Though this Kratos is a form of fiction, there are similarities that do show up in the Kratos in actual Greek mythology. Kratos (a.k.a Cratus) is an offspring of the goddess of the underworld river, Styx, and the god of battle and WarCraft, Pallas. Pallas had troubles and fought against Zeus, but wouldn’t continue to fight as his wife and kids were allied to Zeus himself, but would fight with the titans during the Titanomachy. As for Styx, she ruled one of the five rivers in the underworld. The river she ruled was dubbed the River of Hate. This river's purpose was to have souls travel through the underworld to meet Hades. As punishment for not paying the price to the ferryman, their souls would be trapped in the river of Styx for all of eternity. This is what Kratos’s mother did as it was her duty as a Goddess.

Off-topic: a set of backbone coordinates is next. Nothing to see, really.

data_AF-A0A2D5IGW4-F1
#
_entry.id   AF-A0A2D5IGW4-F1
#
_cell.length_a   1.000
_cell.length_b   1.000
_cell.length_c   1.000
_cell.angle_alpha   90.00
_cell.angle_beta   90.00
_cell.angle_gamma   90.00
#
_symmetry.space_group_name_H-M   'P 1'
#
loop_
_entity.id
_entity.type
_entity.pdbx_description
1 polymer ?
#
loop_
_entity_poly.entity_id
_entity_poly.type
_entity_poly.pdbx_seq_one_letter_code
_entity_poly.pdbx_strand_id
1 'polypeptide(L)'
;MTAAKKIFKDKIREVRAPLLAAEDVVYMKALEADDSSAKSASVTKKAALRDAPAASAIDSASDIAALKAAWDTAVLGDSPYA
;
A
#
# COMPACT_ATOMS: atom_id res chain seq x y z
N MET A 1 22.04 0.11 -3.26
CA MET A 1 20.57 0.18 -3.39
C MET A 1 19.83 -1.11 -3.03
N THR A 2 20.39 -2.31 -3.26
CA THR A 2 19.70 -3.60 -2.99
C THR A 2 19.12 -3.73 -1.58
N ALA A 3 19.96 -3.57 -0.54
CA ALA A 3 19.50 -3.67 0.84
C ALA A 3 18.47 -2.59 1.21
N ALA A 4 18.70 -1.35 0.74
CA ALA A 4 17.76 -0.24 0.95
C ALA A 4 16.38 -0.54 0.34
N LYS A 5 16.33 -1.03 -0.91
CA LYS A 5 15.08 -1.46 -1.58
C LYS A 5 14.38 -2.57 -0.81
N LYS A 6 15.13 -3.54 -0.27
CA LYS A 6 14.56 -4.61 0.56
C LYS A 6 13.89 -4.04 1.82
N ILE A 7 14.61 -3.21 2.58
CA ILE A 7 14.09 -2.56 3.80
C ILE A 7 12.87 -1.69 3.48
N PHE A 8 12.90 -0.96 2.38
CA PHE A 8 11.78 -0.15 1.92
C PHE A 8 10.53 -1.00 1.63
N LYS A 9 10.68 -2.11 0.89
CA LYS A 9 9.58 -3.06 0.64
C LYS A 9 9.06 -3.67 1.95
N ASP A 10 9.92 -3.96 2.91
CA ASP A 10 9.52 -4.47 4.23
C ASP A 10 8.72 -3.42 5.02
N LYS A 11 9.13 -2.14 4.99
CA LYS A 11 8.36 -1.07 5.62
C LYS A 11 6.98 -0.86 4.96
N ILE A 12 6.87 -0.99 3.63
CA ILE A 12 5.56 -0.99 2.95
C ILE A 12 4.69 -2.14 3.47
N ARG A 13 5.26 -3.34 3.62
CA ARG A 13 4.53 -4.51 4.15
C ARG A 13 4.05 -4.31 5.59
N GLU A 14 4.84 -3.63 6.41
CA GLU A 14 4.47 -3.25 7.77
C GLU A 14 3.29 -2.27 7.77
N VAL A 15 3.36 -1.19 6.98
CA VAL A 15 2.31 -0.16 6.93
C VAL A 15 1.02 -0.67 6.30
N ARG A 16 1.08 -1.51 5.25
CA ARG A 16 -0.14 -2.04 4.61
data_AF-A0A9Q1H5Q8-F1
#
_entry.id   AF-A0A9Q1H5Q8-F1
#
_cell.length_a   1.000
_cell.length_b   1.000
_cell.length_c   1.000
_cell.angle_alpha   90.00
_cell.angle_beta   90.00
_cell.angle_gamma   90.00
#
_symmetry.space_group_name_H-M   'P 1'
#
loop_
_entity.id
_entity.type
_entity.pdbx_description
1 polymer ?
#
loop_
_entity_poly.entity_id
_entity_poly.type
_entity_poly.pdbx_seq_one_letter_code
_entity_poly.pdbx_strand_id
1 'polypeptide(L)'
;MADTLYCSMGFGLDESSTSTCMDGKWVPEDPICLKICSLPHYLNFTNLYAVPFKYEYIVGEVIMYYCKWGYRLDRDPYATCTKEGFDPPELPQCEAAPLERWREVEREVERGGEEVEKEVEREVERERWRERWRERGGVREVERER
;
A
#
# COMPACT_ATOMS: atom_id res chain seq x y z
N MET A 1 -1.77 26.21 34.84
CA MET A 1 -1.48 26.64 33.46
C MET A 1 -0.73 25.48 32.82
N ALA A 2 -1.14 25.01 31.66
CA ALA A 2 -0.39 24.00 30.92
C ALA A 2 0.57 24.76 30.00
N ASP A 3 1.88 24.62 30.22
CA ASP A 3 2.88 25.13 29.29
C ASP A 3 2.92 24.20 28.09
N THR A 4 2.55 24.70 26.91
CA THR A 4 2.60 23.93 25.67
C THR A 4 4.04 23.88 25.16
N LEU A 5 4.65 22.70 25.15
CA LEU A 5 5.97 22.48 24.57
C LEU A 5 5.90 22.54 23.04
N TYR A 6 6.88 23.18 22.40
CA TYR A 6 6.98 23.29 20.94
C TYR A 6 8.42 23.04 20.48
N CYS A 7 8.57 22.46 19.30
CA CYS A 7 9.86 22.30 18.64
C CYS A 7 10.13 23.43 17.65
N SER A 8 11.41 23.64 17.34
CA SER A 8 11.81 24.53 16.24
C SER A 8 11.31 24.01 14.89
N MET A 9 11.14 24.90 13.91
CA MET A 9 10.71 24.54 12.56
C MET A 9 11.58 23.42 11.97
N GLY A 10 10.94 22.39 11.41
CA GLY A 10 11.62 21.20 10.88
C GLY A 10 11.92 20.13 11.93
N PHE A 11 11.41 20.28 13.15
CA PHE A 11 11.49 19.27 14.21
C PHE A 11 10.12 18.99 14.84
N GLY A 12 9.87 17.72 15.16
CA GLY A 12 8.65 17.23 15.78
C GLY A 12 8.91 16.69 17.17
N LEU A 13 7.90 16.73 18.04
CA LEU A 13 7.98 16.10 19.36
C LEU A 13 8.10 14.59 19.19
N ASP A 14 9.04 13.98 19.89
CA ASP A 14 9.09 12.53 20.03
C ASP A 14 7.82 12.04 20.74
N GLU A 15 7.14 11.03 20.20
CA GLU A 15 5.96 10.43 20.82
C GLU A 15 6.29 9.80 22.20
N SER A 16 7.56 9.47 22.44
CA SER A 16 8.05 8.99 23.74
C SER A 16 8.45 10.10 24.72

Styx and Pallas would have four children before the Titanomachy. The kids they had were Nike, the God of Victory, Zelos, the god of Rivalry, Kratos, the god of strength, and Bia, the goddess of power and force. Even though Kratos wasn’t in many stories, he was more of a servant to other gods. Kratos mostly makes appearances in stories with his sister, Bia. One famous story is that Prometheus stole fire from the different gods, and is now sentenced against a rock for all of eternity, and Bia and Kratos broke Prometheus free with chains created by Hephaestus. This angered Zeus and he sought vengeance against the siblings. This is where the story ends. 

One thing to learn from this is that, even though characters might be badass, they’re just fictional characters who only serve as entertainment and create a narrative that is a little far from what is real in stories that have been told. Even though most of them are fiction, this game franchise is still standing strong today. There is one game in particular that really stands out as a composition of art history in video games, though there are many inaccuracies.